gOD-Talk: Reimagining Faith in the 21st Century – Film Tour

The Smithsonian’s National Museum of African American History and Culture (NMAAHC) is launching a multi-city film screening tour of the documentary film, gOD-Talk: Reimagining Faith in the 21st Century, including panel discussions exploring how and why African American millennials are creating new ways to engage with religion and spirituality. Originally premiering in October 2023, gOD-Talk is the first feature-length film from the NMAAHC. Tour updates, registration details and additional information can be found on the NMAAHC website.

The documentary undertaken by NMAAHC’s Center for the Study of African American Religious Life in association with the Pew Research Center is the culmination project of a five-year study exploring the lives of seven Black millennials—Atheist, Buddhist, Christian, Muslim, Ifa and Spiritualist—and how they reimagine faith in the 21st century. The film was executive produced by Kevin Young, NMAAHC’s Andrew W. Mellon Director. NMAAHC curator Teddy Reeves is the film’s creator and producer along with director and writer, Kim Moir, NMAAHC museum specialist. The film includes narration from Javicia Leslie Walker, film poster design by artist Nikkolas Smith and original music from Grammy winner Fantastic Negrito.

“gOD-Talk is charting new ground in the exploration of Black faith both in the scholarly study of religion and cinematic expression,” Reeves said. “The film gives millennials, the world’s largest living generation, the space to not only wrestle with the complexities of their faith—from issues pertaining to gender and sexuality, abuse and trauma, hip-hop, gentrification and more—but to discuss how they are fearlessly reconstructing their spirituality within or beyond the confines of their traditional upbringings.”

The gOD-Talk film tour and accompanying “talk back” panel discussions will take place at conferences, festivals, museums and community curations around the world. Registration and more details can be found on the NMAAHC website. Discussions will feature principals from the film and leading millennial voices. The film is rated PG-13.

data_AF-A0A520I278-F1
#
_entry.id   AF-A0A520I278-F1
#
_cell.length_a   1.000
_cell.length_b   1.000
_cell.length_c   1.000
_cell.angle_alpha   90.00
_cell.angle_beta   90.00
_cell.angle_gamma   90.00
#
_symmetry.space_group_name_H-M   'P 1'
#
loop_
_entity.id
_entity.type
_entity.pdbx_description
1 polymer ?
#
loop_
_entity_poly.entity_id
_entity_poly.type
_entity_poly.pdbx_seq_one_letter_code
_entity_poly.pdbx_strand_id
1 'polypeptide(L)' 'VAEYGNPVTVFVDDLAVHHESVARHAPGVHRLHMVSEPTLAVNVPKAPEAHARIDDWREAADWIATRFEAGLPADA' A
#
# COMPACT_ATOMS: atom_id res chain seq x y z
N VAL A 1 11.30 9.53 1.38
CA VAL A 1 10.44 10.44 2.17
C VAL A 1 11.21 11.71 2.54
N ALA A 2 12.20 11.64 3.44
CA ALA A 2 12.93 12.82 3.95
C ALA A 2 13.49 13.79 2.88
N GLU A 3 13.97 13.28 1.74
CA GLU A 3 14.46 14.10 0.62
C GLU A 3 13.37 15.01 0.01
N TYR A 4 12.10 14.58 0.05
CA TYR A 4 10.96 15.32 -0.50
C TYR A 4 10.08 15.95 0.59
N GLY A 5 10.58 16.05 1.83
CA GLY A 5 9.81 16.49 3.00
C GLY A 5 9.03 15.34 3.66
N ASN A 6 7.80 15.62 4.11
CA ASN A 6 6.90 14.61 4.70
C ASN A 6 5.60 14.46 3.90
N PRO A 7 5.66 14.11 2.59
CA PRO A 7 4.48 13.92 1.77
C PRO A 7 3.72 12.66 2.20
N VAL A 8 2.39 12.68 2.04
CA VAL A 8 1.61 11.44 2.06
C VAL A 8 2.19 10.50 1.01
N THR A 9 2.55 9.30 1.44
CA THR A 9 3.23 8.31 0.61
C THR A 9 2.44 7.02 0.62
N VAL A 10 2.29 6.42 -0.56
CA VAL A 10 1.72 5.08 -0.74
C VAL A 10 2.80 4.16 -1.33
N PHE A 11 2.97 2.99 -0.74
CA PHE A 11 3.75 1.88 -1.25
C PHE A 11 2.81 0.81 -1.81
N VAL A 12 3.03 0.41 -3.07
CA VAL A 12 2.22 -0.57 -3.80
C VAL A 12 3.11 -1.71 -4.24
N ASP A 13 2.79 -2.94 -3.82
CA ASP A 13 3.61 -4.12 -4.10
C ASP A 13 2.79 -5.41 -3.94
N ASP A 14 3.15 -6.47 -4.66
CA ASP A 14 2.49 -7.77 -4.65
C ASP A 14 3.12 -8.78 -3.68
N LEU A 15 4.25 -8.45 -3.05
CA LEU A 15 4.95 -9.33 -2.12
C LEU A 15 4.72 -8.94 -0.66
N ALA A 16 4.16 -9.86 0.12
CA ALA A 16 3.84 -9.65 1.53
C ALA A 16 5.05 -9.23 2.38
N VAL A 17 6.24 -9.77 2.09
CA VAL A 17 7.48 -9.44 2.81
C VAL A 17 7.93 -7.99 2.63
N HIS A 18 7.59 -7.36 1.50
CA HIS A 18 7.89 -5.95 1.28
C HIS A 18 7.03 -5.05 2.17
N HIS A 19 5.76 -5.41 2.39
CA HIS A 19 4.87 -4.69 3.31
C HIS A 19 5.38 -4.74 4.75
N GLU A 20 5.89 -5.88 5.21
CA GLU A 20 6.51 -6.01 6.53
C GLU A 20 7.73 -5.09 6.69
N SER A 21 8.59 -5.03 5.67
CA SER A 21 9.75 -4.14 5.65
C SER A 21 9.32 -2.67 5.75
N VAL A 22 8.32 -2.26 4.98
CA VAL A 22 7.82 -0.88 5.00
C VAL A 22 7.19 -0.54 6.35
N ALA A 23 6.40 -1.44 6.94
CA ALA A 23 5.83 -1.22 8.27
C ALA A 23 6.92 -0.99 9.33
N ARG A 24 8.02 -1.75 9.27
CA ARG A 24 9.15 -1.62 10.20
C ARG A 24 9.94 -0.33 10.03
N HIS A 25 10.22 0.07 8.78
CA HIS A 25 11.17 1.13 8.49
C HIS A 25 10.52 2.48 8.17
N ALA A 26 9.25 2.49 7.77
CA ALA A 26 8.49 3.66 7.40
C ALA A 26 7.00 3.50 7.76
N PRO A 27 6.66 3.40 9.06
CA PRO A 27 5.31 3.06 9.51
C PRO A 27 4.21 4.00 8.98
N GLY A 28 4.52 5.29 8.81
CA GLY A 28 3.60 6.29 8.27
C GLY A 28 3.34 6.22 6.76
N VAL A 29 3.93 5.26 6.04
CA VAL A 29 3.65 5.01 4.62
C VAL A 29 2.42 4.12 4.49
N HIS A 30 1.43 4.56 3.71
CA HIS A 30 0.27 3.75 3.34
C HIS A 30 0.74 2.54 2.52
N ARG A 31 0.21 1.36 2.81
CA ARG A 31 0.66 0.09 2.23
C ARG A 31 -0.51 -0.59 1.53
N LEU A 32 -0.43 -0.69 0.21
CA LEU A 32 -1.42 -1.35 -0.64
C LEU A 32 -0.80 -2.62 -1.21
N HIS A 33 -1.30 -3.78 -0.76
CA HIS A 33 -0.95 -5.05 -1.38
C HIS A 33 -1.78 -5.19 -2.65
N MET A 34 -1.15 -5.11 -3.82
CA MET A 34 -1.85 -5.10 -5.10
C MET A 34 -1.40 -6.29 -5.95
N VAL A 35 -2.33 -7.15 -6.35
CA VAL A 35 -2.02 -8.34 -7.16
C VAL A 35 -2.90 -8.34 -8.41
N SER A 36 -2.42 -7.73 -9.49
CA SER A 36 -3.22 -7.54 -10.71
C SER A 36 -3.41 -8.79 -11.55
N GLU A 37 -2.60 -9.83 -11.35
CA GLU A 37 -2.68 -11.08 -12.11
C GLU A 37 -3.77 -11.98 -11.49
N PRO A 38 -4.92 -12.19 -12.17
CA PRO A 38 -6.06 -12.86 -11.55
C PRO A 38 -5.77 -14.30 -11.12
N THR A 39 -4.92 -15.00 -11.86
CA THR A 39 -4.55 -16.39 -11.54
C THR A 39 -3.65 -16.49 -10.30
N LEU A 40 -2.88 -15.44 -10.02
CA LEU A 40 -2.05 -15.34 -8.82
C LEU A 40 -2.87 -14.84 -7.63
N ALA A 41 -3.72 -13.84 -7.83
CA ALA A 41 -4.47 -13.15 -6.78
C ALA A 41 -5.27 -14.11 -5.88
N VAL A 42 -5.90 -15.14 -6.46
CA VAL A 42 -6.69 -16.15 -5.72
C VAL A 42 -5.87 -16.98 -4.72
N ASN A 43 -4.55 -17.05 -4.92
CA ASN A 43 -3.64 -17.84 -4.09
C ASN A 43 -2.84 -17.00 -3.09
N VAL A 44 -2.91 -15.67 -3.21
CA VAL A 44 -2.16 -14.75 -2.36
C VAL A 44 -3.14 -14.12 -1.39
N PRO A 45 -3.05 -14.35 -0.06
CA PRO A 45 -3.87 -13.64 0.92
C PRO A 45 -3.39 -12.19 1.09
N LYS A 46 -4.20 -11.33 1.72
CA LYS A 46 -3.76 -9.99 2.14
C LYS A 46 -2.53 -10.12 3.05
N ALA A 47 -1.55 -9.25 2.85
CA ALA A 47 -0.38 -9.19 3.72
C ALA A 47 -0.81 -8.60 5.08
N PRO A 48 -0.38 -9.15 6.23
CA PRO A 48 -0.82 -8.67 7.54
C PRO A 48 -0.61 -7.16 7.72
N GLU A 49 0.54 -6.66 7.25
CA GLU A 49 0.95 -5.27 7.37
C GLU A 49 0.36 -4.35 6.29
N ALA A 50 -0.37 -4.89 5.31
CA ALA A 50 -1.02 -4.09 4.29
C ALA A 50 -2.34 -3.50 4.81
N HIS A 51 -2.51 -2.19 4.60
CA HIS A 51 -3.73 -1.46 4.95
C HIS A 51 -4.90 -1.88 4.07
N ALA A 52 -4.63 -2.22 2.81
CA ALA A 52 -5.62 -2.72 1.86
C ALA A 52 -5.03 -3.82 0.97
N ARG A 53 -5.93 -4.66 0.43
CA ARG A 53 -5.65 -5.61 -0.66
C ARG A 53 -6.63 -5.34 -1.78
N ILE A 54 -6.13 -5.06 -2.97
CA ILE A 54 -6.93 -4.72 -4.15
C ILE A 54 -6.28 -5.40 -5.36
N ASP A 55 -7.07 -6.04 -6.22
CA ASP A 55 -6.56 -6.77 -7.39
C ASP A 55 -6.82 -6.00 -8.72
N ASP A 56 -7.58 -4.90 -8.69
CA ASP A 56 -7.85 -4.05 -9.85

2024 gOD-Talk Tour Schedule


Jan. 20; 2 p.m.–5 p.m.
Winston-Salem, North Carolina
Wake Forest School of Divinity, Triad Cultural Arts, Forsyth County Public Library and 1LOVE Festival screening, reception and talk-back

Jan. 26; 4:30 p.m.–9 p.m.
Case Western University and East Mt. Zion AME Church


Feb. 17; 7 p.m.
National Underground Railroad

Feb 18; 6 p.m.
Samuel Proctor Conference

Feb 27
Tokyo and Osaka, Japan
Japan Afro American Friendship Association and Legacy Foundation screenings and book talk: Movements, Motions and Moments


March 6–9
San Jose, California
National Council of Black Studies, Stanford University

March 9
Evansville, Indiana
Evansville African-American Museum|

March 14
South Orange, New Jersey
Walsh Gallery, Seton Hall University

March 15
The Pōpolo Project, Honolulu Museum of Art

March 27
Hampton, Virginia
Hampton University Department of English and Foreign Language and School of Religion


April 5 and 6
Tulsa, Oklahoma
Phillips Theological Seminary

April 16
Providence, Rhode Island
Rhode Island Black Heritage and Brown University

April 17 and 18
Heinz History Center sponsored by Pittsburgh Theological Seminary, August Wilson Center, African American History Department at John Hines Center, Urban League and NAACP with book talk: Movement, Motions and Moments.

April 23
IndyHub, The Exchange at Indianapolis Urban League, and Indy Black Professionals

Film principals include:

  • Candice M. Benbow (Atlanta), multi-genre theologian and writer
  • Rashid Hughes (Upper Marlboro, Maryland), yoga and mindfulness teacher
  • Tre’vell Anderson (Los Angeles), journalist and author
  • Chavonne Taylor (Los Angeles), host and producer
  • Diamond Stylz (Houston), non-profit leader and podcaster
  • Makkah Ali (Chicago), educator
  • Michael Wortham (Brooklyn, New York), educator

About the National Museum of African American History and Culture

Since opening Sept. 24, 2016, the National Museum of African American History and Culture has welcomed more than 10 million visitors. Occupying a prominent location next to the Washington Monument on the National Mall in Washington, D.C., the nearly 400,000-square-foot museum is the nation’s largest and most comprehensive cultural destination devoted exclusively to exploring, documenting and showcasing the African American story and its impact on American and world history. For more information about the museum, visit nmaahc.si.edu or follow @NMAAHC on Twitter, Facebook, and Instagram.

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